Businesses use an average of 137 apps per year on average with a 30% churn rate. This means that a third of the apps your business relies on might not be meeting your needs by the end of this year. It’s critical to keep accessibility in mind as you look for replacements.
Here are a few ways to evaluate potential software solutions to make sure they have sufficient accessibility features.
Familiarize yourself with digital accessibility guidelines
You can’t hold SaaS vendors accountable for accessibility features unless you understand them yourself. Prioritize learning about current digital accessibility standards so you can make informed decisions when considering software solutions.
- Start with Accessibility.com resources to learn about digital accessibility best practices and the Web Content Accessibility Guidelines (WCAG).
- Use checklists and guides to learn how to test for accessibility. BarrierBreak created an accessibility toolkit that can serve as a jumping-off point.
- Identify other tools you can use to evaluate accessibility. The World Wide Web Consortium (W3C) has more than 160 tools that test different requirements. These range from checking contrast on pages to finding labeling mistakes in HTML code.
Learning about accessibility requirements and features is a process. It will take time for you to understand how to properly evaluate SaaS vendors. Try to attend accessibility conferences and sign up for courses for deeper insight and ongoing education.
Request accessibility demonstrations and reports
Once you have a clear understanding of digital accessibility you can start to approach SaaS providers. When a potential vendor is walking you through a software demonstration, ask to see the built-in accessibility features.
Not only should the vendor be able to walk you through specific tools, but they should explain how each feature helps employees with different disabilities. A few features developed to accommodate blind users won’t necessarily help employees who are deaf or those who have cognitive disabilities.
You should also ask the provider about their accessibility testing process and request reports from objective third parties proving that their tools are accessible. If they don’t have anything to show, be prepared to look elsewhere.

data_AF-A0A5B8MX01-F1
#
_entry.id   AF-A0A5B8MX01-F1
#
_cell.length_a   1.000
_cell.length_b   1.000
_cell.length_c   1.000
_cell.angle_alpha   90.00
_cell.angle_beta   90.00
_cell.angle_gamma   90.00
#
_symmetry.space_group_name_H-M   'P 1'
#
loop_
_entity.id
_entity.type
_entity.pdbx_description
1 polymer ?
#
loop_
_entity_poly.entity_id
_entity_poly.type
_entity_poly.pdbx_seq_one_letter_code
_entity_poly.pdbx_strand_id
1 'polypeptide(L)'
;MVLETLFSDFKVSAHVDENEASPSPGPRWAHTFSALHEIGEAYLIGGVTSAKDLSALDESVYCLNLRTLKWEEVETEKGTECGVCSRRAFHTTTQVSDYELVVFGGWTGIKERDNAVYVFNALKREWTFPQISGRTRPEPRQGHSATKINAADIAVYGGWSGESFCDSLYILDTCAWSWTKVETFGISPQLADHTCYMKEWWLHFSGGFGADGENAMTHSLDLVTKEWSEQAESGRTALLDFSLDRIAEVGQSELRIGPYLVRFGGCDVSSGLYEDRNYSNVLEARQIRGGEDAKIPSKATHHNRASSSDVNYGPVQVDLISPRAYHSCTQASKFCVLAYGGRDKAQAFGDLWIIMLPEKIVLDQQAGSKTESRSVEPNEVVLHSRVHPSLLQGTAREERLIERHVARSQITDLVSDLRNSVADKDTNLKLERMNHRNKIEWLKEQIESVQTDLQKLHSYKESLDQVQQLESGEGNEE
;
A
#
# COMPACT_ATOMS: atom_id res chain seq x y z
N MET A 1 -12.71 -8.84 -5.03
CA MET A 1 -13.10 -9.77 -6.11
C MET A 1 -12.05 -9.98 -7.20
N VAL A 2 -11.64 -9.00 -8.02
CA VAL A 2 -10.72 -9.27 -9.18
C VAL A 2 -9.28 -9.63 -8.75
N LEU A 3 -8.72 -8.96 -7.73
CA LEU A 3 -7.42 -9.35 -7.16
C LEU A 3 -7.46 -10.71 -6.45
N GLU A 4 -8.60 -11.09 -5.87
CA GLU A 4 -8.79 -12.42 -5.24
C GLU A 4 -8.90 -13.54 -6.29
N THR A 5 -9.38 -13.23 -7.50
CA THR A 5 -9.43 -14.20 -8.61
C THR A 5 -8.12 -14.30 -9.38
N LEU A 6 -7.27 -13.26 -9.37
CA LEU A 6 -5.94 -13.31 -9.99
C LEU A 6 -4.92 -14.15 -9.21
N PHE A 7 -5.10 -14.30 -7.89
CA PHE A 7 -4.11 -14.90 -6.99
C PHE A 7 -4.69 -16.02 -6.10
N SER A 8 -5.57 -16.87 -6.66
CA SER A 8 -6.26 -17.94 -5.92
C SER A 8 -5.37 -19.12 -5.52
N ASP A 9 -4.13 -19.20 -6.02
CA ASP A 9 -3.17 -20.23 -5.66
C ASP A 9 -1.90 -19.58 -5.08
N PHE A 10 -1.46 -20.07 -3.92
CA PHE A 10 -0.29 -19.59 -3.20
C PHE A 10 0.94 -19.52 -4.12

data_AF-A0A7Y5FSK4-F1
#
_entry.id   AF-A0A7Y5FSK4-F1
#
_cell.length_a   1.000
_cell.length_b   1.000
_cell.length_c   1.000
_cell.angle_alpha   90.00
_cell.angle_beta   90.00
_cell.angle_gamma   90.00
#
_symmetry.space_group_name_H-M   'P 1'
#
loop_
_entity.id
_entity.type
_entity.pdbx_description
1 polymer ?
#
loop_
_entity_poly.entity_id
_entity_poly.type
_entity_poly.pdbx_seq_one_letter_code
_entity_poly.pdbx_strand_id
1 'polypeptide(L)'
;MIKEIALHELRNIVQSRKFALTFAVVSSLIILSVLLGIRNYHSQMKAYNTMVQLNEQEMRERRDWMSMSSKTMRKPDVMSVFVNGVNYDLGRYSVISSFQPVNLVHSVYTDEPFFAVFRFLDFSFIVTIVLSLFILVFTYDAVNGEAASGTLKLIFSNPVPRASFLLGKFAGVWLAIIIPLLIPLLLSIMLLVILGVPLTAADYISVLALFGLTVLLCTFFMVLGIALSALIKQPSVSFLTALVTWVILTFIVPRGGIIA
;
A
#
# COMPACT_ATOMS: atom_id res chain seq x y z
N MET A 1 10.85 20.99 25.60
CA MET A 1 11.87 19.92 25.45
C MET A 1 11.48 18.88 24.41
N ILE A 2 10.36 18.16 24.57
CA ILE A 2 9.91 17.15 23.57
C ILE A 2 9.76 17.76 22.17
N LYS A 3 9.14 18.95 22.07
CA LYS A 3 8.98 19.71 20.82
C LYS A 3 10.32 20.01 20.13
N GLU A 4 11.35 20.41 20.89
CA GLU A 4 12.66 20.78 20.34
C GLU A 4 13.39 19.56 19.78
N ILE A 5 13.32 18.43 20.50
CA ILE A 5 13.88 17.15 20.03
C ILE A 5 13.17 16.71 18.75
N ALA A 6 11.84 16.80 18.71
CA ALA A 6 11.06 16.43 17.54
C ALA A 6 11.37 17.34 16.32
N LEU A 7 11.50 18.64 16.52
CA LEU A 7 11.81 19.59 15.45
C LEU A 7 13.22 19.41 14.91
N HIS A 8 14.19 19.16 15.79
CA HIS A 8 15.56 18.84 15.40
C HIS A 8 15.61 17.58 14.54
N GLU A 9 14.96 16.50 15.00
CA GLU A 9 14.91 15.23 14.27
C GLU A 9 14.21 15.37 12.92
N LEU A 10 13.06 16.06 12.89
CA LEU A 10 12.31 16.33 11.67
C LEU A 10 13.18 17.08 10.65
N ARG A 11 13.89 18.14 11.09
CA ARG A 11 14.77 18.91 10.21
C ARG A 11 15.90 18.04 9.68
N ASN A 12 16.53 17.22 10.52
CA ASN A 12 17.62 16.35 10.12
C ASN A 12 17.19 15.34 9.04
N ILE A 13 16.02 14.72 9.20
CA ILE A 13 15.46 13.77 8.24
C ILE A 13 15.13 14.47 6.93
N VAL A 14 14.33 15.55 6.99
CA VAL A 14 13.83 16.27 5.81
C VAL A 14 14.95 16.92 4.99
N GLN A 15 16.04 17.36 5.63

Hire an accessibility software evaluator
If you work at a mid-size company or a large enterprise, consider reviewing your resources and potentially hiring a team member to focus exclusively on accessibility testing. This employee will be responsible for evaluating any tools or apps that different departments want to use to make sure they meet or exceed current standards.
If you work for a smaller firm and don’t have the resources to retain someone in a full-time accessibility role, you can look into agencies that specialize in this form of testing.
Let your employees test out the product
There’s a reason why the average company needs hundreds of software solutions. Software is part of every employee’s day-to-day experience, from time clock tools that allow employees to check in to digital requests for time off. While some tools are used by every employee or by large teams, you may have a few apps that are only used by a select group of people.
If you know that a particular employee will need certain accessibility features, give them the option to participate in the evaluation process. . If you are looking for software that will be used by a large group of employees, consider organizing a focus group to make sure it is usable. Not every employee with a disability will want to test software tools, so make sure to keep participation voluntary.
Apply your evaluation practices to existing tools
While you can follow these steps when you need to work with new SaaS vendors, the same can be done with tools already being used within your company. Consider establishing a policy to evaluate all of your software tools to ensure they meet accessibility standards and internal needs.
Evaluating software for accessibility takes time. It slows down the procurement process. However, the steps you take to check for accessibility can make a significant difference in the workflows of your team members. Your employees with disabilities are more likely to stay engaged in a workplace designed with them in mind.
At Accessibility.com, we are committed to helping companies make better accessibility decisions for their employees. When an employer values accessibility and implements standards for vendors and SaaS providers, all employers can feel supported.
If you want to improve your accessibility efforts, look at the event schedule for AccessibilityPlus. In the coming months, we have sessions on eCommerce improvements, accessible technology, and testing. If you missed an event that your company could benefit from, you can still register to view past presentations. See which sessions are right for you.